Nordic talking at Walnut House, Reigate

PUBLISHED: 08:49 07 September 2010 | UPDATED: 17:38 20 February 2013

Nordic talking at Walnut House, Reigate

Nordic talking at Walnut House, Reigate

Combining influences from Sweden, Finland and Holland, there is very much a Scandinavian feel to the garden at Walnut House in Reigate, which opens for the National Gardens Scheme each year

Originally published in Surrey Life magazine August 2010

Combining influences from Sweden, Finland and Holland, there is very much a Scandinavian feel to the garden at Walnut House in Reigate, which opens for the National Gardens Scheme each year

When Inger and Dirk Laan moved in 1976 to their new home in Reigate, one of several newly built Swedish style houses on the former grounds of Pittyfield House, they had the opportunity to create a garden from scratch. The resulting area continues the international feel with influences ranging from Ingers native Finland to Dirks Dutch background and the odd nod to an English style.

Our main aim was always to marry the garden with the house, says Inger, who will be opening their gates for the National Gardens Scheme twice this month. We wanted to ensure it stretched out from the basement sitting room, below the bungalow level, with views to a welcoming green space.

Formerly the tennis court for Pittyfield House, the gardens at Walnut House benefit from a flat expanse that easily became the main lawn and family area to accommodate Inger and Dirks two children as they were growing up.

Then, in the early 1980s, the garden became more of a priority and the structure of an impressive pergola leading to a greenhouse saw the emphasis on greater design elements.

I wanted to propagate and start plants from seed, explains Inger. So a greenhouse was very important and it also divided the garden from the sloping drive.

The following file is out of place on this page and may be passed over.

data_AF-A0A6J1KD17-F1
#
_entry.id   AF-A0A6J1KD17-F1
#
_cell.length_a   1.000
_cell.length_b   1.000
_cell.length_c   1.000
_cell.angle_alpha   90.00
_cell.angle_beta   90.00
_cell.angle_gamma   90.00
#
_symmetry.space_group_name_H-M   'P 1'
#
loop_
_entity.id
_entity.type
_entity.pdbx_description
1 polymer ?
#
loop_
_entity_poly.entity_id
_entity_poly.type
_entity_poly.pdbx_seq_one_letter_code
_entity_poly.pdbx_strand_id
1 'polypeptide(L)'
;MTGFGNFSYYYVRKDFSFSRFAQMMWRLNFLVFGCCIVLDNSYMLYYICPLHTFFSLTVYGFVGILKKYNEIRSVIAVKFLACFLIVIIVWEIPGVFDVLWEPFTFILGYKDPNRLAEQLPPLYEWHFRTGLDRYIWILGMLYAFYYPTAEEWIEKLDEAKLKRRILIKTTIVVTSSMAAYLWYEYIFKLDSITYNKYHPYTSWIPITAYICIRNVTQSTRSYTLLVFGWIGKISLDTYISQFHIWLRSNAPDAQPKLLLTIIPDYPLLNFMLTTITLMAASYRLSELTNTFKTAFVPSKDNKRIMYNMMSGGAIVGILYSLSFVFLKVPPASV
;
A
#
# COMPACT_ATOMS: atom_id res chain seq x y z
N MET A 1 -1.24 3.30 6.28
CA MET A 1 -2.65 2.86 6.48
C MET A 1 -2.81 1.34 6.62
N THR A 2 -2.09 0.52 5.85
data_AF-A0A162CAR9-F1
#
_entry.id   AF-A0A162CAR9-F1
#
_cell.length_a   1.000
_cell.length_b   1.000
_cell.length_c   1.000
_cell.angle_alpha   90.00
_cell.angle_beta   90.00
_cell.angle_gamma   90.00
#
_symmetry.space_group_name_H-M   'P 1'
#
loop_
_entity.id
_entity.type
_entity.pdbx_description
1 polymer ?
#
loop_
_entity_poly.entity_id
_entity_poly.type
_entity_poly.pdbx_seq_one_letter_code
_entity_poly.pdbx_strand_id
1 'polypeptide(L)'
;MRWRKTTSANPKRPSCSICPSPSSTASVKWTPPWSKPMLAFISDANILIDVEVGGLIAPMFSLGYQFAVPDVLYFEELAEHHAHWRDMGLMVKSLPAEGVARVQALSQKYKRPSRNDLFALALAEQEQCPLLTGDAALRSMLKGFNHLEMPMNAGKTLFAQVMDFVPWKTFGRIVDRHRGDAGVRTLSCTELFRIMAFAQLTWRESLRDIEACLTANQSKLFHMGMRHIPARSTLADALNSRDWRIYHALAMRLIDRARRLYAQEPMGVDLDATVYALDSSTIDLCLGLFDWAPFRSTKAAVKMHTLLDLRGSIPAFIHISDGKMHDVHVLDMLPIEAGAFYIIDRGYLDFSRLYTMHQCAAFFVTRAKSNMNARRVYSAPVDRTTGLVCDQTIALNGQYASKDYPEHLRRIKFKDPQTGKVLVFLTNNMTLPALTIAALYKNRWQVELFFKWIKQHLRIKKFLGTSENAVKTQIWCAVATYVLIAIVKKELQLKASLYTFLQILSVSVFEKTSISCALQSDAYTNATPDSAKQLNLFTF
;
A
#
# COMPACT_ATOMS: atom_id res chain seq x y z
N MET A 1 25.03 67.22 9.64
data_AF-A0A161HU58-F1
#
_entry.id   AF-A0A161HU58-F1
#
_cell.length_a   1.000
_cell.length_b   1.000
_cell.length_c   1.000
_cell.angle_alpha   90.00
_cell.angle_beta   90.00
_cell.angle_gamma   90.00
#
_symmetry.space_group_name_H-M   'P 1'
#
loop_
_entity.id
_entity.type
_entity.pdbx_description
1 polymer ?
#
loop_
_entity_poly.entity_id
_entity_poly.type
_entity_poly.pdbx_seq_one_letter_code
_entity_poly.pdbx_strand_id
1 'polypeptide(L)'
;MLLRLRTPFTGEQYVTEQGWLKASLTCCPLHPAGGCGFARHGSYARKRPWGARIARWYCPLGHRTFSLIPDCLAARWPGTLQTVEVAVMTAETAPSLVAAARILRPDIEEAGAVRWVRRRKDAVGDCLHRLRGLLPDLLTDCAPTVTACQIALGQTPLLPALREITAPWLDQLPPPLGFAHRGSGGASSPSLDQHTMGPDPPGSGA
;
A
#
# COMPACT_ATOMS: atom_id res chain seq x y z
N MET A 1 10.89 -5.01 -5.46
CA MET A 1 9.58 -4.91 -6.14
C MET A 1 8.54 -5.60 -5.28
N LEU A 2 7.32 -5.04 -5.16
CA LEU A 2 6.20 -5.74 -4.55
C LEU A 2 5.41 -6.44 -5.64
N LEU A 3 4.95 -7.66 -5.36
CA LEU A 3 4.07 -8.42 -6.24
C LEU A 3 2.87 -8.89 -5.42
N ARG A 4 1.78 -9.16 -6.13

In order to hone her skills, Inger decided to take a design course at the Chelsea Physic Gardens in 1989, continuing a life-long interest in plants and gardening.

My father and grandmother were very keen gardeners in Finland so it definitely runs in the family, she says. At school, I can remember collecting native plants from the woods and fields, pressing them and labelling them with their Latin names. This gave me good knowledge that laid the foundation for recognising plants, looking at them and learning all about them.

Making a splash
With her increased knowledge of design, Inger set about developing the garden through the mid-1990s. Intrinsic to her proposed layout was a large pond and the aim of dividing the garden into different sections, each with their own colour palette.

Many Finnish people live by lakes and my philosophy was for a natural look of water with a sense of both visual and physical access, says Inger.

Too often, the ratio of edging can take away from the importance of the water. I wanted there to be a slope into the water, without a boundary, so that its natural to walk into the water.

Meanwhile, a visit to the Governors House garden in Williamsburg, USA, with its wonderful walls and buttresses, inspired Inger to place a series of architectural brick pillars diagonally across the lawn. They give a sense of linear symmetry that makes it more pleasing, she says. Also echoing the framework of the pergola, the pillars offer focal points and assist in the delineation of space. The elements of height are repeated with clipped conifers that lead to a paved seating area.

Uniformity is important in the garden, adds Inger. My aim is that I dont have to explain what I have in mind; the garden speaks for itself.
To one side of the pond, island beds of clipped shrub ivies, acers and bamboo give a woodland feel. Here, the colours are verdant greens accompanied by muted creams, yellows and blues. On the other side, around the lawn, colours change to harmonious pinks and mauves, while by the greenhouse and up the drive the hues intensify to hotter oranges and golds.

Underpinning the palette is a base of green tones from the dark foils of yew to lime green aeoniums in containers.

Of particular note is the interesting use of trellises and supports, not only for climbers but also for herbaceous plants. I was also intrigued by the ingenious use of the sloping space edging the drive where Inger has created terraced vegetable beds edged in rustic metal strips.

Everywhere, careful thought has ensured maximum use of the space and the result is an abundant garden with a great deal to interest the visitor.

Its so lovely to open up the garden for the National Gardens Scheme, adds Inger. It brings the community into your garden and creates a real feel-good factor, too.

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